In the second installment of our pocket pistol series, we’re looking at the concept of the underwear gun — a pistol you can carry even when you’re in nothing but your skivvies! Why would you need a gun like that? The answer is in the video below, or you can scroll down and real the full transcript.

If you missed part one of this series, you should probably go back and watch that one first.

 

Last week, we started our series about using small caliber pocket-sized handguns for self-defense. I mentioned some of situations where our only option for concealed carry might be a so-called mouse gun. Things like health issues or dress code restrictions can make it difficult or even impossible to carry a larger pistol. Today, I want to talk about one more useful role for pocket-sized handguns, and that is the concept of the underwear gun.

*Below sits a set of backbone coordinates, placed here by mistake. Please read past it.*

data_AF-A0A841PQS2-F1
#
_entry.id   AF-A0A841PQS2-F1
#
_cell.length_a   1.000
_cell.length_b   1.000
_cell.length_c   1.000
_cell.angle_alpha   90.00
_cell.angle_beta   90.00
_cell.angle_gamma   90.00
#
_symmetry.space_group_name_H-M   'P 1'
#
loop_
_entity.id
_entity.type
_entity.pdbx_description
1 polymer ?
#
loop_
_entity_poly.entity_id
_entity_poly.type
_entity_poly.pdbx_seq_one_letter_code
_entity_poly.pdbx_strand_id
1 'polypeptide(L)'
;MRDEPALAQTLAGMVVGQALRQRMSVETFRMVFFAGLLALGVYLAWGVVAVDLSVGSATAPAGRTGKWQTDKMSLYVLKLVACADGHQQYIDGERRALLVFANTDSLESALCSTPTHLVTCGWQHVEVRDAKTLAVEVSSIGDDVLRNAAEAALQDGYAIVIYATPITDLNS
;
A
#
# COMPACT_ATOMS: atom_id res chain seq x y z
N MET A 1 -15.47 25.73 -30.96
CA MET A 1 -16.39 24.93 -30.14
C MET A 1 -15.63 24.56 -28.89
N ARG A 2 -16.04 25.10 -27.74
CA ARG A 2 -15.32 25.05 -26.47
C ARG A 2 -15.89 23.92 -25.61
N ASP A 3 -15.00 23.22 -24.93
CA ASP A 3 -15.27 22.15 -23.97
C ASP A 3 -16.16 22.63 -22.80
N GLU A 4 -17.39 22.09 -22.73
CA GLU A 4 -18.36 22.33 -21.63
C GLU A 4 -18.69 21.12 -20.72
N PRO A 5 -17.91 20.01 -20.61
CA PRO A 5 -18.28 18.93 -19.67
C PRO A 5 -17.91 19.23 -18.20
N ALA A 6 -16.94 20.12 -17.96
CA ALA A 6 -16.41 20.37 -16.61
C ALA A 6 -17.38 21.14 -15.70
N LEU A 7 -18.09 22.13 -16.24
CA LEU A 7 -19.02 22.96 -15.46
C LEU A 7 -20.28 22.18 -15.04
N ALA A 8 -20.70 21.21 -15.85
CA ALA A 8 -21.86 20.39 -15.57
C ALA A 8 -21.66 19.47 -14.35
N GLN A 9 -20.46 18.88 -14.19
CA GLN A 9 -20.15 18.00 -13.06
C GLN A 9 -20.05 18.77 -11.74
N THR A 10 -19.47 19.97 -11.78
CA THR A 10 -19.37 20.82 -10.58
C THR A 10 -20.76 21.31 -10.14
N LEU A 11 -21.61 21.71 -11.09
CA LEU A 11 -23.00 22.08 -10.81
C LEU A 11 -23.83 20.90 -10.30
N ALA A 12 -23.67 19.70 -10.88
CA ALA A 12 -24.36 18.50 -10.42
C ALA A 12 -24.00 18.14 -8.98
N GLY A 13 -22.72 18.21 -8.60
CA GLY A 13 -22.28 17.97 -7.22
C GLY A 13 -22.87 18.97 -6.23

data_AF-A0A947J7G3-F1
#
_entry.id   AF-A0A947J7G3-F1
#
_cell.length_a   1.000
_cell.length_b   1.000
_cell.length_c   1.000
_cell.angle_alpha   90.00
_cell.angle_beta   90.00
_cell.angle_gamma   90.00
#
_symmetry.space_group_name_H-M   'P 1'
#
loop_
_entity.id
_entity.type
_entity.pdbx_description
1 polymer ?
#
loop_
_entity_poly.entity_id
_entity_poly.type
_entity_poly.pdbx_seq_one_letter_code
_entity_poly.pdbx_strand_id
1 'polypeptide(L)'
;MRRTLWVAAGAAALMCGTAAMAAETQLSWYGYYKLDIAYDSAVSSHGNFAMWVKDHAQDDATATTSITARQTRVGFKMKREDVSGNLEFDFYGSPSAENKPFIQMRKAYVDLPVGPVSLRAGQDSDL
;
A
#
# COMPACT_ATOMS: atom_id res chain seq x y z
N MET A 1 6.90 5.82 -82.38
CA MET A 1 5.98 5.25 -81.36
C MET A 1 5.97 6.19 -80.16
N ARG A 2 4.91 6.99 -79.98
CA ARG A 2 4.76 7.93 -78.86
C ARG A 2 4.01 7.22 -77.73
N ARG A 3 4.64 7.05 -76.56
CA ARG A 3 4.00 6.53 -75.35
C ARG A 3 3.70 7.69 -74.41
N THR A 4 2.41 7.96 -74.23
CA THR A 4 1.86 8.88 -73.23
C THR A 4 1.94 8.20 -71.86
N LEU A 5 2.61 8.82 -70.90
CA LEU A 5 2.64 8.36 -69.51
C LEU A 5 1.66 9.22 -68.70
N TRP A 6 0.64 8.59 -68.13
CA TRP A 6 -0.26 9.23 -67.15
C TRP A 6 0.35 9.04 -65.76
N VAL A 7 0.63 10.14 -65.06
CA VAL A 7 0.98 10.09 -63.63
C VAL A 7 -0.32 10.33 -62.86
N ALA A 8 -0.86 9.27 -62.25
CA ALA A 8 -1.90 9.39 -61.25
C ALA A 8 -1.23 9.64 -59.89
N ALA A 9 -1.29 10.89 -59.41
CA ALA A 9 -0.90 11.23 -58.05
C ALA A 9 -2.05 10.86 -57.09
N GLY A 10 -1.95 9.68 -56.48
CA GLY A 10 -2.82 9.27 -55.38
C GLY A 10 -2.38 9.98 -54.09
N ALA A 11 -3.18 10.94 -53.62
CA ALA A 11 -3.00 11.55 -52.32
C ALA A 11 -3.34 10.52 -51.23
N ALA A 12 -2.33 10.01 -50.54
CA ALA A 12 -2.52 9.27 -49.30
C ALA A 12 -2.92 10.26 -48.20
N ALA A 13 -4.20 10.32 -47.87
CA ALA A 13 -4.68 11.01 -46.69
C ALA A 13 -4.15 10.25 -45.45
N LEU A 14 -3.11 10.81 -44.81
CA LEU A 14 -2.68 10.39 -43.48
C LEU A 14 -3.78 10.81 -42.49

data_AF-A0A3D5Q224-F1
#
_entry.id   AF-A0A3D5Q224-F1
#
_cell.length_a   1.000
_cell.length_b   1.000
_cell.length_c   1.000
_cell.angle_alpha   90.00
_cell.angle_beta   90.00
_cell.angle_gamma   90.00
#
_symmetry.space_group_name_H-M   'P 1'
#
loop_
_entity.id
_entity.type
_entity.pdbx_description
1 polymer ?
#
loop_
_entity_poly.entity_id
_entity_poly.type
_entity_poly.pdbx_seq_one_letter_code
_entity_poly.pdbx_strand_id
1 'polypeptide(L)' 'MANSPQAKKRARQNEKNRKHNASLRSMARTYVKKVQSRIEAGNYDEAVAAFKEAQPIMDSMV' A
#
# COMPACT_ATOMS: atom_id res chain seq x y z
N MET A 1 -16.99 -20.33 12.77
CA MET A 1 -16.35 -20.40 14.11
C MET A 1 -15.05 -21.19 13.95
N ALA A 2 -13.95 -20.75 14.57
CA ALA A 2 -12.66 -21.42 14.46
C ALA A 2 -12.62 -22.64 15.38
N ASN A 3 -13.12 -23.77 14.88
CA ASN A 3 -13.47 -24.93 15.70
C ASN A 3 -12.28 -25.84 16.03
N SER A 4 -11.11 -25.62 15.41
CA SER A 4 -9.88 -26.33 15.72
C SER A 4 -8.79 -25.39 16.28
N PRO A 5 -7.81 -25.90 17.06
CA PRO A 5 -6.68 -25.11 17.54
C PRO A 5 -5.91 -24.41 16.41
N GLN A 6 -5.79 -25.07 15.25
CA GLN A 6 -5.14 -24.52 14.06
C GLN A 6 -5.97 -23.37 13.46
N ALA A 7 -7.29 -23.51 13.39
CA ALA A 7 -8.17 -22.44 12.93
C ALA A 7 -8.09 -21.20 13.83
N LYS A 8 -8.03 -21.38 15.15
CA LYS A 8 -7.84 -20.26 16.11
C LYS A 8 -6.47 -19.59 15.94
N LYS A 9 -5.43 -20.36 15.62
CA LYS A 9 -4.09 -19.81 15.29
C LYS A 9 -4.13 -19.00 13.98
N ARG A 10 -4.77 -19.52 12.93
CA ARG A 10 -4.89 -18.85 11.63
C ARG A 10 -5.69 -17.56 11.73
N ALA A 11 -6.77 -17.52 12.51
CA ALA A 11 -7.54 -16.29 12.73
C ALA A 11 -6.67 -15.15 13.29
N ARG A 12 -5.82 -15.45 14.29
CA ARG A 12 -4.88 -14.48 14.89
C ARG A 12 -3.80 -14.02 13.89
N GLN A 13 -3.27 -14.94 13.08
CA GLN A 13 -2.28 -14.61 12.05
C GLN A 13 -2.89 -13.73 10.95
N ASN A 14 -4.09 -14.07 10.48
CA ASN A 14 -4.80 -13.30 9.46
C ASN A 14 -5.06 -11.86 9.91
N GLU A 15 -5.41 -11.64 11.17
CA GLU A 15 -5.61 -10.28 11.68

It’s kind of a tongue-in-cheek term that some people have used to refer to a gun that is so convenient to carry that you can have it on you even if you’re dressed in nothing but your underwear. For a lot of people, that might be the same gun they carry all day anyway, but for those of us who usually carry something larger, it’s nice to have an option like this. You could also call it a pajama gun, a gym shorts gun, a lounge-around the house gun, or my favorite term, a “rule one gun” because the first rule of a gun fight is to bring a gun — any gun.